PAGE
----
The Tornado GR4 jets of Number II (Army Cooperation) [AC] Squadron, based at RAF Marham, have been put through their paces in a ‘War Week’ exercise designed to test the skills they will need to back up British, coalition and Afghan soldiers in Helmand province.
Officer Commanding II (AC) Squadron, Wing Commander Nick Tucker-Lowe, said:
This is an important year for us and the other founding squadrons of the RAF as we’ve just celebrated our centenary. In a few months’ time the unit will deploy on its second Operation HERRICK tour hard on the heels of a six-month stint on Operation ELLAMY over Libya last year.
When we were last in Afghanistan we were launched from ground alert to close air support missions in support of troops on the ground on close to 100 occasions.
That’s something we’re practising very hard this week - the ability to get in the air very quickly because lives are in danger. Then we can use our speed, reach and precision-guided weapons, or often our presence alone, to protect the troops on the ground.
But despite being veterans of two campaigns there’s still a need for realistic training which is provided by a team of trainers from the HQ Air Command Joint Force Air Component (JFAC):
It is vital that we teach our people to fight not just shoulder-to-shoulder but for one another and that our people are not only competent at the necessary skills but confident at using them,” said Wing Commander Tucker-Lowe.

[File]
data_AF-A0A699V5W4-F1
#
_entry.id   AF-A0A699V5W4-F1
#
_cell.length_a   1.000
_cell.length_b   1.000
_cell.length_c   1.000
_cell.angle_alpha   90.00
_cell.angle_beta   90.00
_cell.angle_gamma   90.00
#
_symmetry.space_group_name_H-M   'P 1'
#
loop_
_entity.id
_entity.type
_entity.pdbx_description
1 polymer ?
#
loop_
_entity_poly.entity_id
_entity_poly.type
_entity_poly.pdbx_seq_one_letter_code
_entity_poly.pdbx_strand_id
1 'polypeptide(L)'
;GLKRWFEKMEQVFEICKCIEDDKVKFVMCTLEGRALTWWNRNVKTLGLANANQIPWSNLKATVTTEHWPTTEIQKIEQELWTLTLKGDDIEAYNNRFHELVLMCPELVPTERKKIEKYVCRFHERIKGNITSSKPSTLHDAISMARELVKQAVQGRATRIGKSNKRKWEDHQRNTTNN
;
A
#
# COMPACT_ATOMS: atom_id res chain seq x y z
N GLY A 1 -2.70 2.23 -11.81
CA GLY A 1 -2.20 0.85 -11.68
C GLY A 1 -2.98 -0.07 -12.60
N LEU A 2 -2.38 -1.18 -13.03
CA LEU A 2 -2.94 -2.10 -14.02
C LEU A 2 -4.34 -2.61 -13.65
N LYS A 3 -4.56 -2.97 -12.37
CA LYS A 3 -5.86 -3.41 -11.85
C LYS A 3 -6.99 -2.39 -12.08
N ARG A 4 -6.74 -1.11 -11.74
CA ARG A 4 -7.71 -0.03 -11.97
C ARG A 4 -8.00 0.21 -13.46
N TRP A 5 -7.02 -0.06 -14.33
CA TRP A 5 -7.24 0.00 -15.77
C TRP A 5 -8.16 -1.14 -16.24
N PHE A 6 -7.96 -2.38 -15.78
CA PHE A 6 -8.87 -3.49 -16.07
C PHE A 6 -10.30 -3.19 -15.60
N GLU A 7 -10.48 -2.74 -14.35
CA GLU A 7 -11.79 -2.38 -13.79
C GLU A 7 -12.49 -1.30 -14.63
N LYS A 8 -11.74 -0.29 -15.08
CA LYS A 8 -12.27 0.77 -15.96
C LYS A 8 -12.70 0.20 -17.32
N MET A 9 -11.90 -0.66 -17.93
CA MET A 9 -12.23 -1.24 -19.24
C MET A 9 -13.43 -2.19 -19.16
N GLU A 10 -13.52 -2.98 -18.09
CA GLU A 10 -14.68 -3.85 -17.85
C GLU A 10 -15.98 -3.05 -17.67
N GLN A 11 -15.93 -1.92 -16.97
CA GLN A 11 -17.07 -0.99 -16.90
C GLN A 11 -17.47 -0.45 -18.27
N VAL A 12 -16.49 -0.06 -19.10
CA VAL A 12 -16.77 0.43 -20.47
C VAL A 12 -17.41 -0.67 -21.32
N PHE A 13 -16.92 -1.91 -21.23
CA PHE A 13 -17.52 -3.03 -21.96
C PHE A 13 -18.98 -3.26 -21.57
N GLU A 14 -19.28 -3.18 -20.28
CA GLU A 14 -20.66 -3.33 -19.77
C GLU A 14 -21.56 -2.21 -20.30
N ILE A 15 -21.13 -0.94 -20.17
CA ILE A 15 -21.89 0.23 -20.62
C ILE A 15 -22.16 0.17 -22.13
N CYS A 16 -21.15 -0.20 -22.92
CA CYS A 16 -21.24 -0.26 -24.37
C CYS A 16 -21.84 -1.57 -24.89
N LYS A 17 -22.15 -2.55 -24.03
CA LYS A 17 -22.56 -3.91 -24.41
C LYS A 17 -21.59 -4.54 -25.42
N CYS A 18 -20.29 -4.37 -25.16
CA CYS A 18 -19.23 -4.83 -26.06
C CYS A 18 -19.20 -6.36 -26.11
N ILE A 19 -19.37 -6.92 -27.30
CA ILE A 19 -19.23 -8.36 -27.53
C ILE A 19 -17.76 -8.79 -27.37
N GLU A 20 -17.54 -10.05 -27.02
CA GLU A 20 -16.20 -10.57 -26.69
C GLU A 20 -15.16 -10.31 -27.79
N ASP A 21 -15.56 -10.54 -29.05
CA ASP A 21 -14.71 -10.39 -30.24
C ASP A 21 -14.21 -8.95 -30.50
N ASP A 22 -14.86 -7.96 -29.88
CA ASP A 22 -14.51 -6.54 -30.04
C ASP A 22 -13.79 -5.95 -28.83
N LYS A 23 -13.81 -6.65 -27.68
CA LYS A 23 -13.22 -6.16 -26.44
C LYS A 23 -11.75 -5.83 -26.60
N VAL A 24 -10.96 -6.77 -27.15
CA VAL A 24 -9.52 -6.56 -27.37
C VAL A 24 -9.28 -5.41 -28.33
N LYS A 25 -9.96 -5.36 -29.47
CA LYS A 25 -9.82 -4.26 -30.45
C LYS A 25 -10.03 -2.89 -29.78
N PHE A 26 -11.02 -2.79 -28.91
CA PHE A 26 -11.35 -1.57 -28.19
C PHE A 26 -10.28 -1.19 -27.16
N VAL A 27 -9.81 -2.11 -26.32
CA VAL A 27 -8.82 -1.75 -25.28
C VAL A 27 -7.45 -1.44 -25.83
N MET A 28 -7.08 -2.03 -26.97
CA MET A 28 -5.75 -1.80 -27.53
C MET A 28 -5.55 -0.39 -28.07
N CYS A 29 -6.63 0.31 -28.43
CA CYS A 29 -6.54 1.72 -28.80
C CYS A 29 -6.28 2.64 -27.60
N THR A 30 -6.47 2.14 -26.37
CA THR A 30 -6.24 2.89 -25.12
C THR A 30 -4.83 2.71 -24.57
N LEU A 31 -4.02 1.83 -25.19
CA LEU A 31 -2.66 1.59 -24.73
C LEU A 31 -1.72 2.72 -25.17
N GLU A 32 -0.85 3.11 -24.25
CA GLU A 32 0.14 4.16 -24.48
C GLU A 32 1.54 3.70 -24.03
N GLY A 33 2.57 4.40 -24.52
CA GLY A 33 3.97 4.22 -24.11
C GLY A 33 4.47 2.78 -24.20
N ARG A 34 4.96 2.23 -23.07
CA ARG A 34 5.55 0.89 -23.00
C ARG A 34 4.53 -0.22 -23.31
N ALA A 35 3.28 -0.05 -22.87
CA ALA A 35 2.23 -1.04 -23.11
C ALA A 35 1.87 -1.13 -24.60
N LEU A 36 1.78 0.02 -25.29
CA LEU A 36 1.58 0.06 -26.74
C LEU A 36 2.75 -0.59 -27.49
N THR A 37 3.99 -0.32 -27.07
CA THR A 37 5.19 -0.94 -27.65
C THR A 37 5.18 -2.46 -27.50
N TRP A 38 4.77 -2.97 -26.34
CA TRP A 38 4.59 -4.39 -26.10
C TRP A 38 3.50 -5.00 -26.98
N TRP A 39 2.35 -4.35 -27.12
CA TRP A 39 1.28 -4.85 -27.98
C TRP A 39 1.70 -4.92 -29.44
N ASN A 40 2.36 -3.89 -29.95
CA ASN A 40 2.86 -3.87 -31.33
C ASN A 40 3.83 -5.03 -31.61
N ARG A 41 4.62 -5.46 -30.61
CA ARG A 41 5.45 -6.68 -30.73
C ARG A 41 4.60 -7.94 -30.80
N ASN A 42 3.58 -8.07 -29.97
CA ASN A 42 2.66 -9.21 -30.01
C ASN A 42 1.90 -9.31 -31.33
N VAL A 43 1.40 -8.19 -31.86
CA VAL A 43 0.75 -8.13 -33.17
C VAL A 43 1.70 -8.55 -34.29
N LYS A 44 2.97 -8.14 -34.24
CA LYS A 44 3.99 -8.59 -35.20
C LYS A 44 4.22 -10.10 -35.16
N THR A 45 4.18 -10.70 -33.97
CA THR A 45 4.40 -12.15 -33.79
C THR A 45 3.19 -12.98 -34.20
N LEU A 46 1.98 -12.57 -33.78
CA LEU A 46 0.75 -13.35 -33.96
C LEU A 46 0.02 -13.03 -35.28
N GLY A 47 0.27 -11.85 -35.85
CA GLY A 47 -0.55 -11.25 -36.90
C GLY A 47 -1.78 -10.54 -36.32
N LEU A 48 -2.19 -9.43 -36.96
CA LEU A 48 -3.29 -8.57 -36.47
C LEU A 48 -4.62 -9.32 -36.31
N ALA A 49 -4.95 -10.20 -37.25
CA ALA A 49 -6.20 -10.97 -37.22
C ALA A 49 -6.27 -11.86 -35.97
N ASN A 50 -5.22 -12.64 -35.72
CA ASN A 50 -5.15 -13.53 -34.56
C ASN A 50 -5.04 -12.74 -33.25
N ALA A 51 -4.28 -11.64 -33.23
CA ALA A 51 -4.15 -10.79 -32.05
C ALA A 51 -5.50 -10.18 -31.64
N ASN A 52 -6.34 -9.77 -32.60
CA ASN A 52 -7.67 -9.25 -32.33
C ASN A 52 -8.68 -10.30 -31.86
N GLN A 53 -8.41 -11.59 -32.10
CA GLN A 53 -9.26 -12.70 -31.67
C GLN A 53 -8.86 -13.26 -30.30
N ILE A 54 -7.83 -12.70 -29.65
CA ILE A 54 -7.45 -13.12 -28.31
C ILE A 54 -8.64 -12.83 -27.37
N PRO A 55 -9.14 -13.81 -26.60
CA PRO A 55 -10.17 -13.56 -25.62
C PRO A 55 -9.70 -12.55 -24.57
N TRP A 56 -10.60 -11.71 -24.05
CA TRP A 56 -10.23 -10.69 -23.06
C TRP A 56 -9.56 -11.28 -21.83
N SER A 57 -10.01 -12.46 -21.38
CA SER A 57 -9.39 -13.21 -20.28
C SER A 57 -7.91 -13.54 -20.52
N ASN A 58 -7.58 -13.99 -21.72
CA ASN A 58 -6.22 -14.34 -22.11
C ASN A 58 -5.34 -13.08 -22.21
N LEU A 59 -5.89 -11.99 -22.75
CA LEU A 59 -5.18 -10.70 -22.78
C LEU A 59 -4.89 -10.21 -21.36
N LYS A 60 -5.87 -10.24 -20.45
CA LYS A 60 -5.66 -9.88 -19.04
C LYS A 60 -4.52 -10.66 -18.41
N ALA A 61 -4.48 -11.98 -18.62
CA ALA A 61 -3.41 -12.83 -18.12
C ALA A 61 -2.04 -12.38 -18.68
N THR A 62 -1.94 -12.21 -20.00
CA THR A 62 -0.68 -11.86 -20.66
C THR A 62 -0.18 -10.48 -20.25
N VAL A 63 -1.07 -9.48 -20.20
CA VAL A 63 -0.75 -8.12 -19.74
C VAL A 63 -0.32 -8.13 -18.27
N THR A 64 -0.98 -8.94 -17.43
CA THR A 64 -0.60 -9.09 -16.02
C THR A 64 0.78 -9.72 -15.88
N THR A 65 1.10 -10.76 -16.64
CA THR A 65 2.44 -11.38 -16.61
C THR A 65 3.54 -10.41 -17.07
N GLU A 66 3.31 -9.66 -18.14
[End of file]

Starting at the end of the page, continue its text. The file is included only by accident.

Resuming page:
The JFAC trainers bring a broader array of skills than the squadron would be able to corral on its own. That means I can include things like media training, realistic combat first aid training, and exercising some of the worse case scenarios so we are confident that we can deal with these before we go.
War Week exercise director, Squadron Leader Simon Reade, said the training developed after changes to the RAF’s exercise programme resulted in a switch from training whole Expeditionary Air Wings to focusing on what individual squadrons needed in order to deploy to Afghanistan:
War Week is a collective training opportunity for a squadron to generate air power in an environment like the one they will face in Kandahar,” Squadron Leader Reade said.
It’s a difficult week in some respects for those being trained, but one that emphasises the teamwork, confidence-building and communications between all the elements of the squadron that they will require on operations.
It gives them the step-change they require from a peacetime deployment here at RAF Marham to conducting real combat missions in Afghanistan.